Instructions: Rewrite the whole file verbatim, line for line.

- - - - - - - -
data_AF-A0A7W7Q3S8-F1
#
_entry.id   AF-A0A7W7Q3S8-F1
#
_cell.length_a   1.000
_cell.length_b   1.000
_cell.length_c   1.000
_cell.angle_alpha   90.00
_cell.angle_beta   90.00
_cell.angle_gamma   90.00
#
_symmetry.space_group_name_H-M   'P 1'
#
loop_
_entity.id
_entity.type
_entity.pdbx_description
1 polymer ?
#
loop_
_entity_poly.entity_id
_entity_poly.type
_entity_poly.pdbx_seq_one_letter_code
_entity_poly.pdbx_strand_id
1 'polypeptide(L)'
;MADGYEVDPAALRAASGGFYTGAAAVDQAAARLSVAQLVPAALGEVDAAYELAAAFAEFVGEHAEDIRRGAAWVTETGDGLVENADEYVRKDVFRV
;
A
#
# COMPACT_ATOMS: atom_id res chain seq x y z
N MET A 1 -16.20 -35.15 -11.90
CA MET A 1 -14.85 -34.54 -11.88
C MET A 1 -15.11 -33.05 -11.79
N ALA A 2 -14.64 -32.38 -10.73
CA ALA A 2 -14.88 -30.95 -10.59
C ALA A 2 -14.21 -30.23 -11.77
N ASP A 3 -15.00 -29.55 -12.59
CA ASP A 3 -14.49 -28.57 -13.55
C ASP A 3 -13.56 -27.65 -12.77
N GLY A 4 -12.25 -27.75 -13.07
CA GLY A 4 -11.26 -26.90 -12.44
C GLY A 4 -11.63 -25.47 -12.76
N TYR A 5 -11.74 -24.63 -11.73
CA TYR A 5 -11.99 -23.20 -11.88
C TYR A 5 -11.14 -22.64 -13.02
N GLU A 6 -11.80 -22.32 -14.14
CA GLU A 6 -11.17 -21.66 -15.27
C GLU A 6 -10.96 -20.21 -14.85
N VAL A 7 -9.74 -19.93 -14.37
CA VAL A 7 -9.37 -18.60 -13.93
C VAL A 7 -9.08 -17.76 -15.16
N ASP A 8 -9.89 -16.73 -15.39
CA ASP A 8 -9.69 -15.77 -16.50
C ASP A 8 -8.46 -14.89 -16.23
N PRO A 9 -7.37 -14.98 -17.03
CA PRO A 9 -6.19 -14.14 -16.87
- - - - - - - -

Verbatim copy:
data_AF-A0A7W7Q3S8-F1
#
_entry.id   AF-A0A7W7Q3S8-F1
#
_cell.length_a   1.000
_cell.length_b   1.000
_cell.length_c   1.000
_cell.angle_alpha   90.00
_cell.angle_beta   90.00
_cell.angle_gamma   90.00
#
_symmetry.space_group_name_H-M   'P 1'
#
loop_
_entity.id
_entity.type
_entity.pdbx_description
1 polymer ?
#
loop_
_entity_poly.entity_id
_entity_poly.type
_entity_poly.pdbx_seq_one_letter_code
_entity_poly.pdbx_strand_id
1 'polypeptide(L)'
;MADGYEVDPAALRAASGGFYTGAAAVDQAAARLSVAQLVPAALGEVDAAYELAAAFAEFVGEHAEDIRRGAAWVTETGDGLVENADEYVRKDVFRV
;
A
#
# COMPACT_ATOMS: atom_id res chain seq x y z
N MET A 1 -16.20 -35.15 -11.90
CA MET A 1 -14.85 -34.54 -11.88
C MET A 1 -15.11 -33.05 -11.79
N ALA A 2 -14.64 -32.38 -10.73
CA ALA A 2 -14.88 -30.95 -10.59
C ALA A 2 -14.21 -30.23 -11.77
N ASP A 3 -15.00 -29.55 -12.59
CA ASP A 3 -14.49 -28.57 -13.55
C ASP A 3 -13.56 -27.65 -12.77
N GLY A 4 -12.25 -27.75 -13.07
CA GLY A 4 -11.26 -26.90 -12.44
C GLY A 4 -11.63 -25.47 -12.76
N TYR A 5 -11.74 -24.63 -11.73
CA TYR A 5 -11.99 -23.20 -11.88
C TYR A 5 -11.14 -22.64 -13.02
N GLU A 6 -11.80 -22.32 -14.14
CA GLU A 6 -11.17 -21.66 -15.27
C GLU A 6 -10.96 -20.21 -14.85
N VAL A 7 -9.74 -19.93 -14.37
CA VAL A 7 -9.37 -18.60 -13.93
C VAL A 7 -9.08 -17.76 -15.16
N ASP A 8 -9.89 -16.73 -15.39
CA ASP A 8 -9.69 -15.77 -16.50
C ASP A 8 -8.46 -14.89 -16.23
N PRO A 9 -7.37 -14.98 -17.03
CA PRO A 9 -6.19 -14.14 -16.87